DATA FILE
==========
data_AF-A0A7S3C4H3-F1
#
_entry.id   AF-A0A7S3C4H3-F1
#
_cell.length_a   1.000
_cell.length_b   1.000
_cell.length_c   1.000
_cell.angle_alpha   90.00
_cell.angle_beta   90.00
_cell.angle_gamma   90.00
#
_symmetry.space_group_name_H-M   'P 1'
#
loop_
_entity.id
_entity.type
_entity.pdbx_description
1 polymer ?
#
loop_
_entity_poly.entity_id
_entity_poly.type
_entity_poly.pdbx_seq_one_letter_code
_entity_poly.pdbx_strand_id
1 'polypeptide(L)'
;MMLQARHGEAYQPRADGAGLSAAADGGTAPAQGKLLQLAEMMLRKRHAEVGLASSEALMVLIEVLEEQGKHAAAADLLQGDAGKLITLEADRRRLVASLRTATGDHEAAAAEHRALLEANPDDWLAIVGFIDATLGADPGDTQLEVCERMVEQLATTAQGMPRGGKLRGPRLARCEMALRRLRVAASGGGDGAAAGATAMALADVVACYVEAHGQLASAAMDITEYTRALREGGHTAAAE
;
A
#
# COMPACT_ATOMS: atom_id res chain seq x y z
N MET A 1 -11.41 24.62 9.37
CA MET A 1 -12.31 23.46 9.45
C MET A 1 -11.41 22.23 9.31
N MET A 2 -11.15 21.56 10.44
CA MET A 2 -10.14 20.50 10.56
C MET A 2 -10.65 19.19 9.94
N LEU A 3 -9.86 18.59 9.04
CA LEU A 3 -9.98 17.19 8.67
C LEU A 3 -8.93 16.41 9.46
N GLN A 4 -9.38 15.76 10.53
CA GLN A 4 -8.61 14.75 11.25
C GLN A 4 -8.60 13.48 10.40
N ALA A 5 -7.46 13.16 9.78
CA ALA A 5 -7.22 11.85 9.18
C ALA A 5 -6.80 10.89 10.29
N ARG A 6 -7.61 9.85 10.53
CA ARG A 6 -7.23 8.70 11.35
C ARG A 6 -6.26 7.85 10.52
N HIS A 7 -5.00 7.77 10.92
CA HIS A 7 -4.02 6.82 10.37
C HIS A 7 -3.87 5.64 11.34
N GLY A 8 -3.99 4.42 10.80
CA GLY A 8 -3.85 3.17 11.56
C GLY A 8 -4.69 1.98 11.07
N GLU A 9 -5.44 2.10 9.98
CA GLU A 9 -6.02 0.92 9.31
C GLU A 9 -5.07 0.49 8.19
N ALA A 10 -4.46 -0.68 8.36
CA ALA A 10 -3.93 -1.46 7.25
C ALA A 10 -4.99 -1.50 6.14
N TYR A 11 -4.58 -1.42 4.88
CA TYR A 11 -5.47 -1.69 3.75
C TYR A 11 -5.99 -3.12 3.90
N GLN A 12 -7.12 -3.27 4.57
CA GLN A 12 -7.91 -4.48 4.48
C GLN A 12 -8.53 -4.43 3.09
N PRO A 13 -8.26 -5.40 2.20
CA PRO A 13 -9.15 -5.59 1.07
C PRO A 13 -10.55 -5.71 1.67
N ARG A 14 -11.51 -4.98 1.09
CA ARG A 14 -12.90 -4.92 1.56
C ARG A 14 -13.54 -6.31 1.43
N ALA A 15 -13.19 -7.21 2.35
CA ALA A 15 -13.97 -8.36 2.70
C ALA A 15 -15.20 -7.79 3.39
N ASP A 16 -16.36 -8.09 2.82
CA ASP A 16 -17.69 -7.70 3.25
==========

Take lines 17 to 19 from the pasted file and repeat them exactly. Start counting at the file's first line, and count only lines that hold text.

_entity.pdbx_description
1 polymer ?
#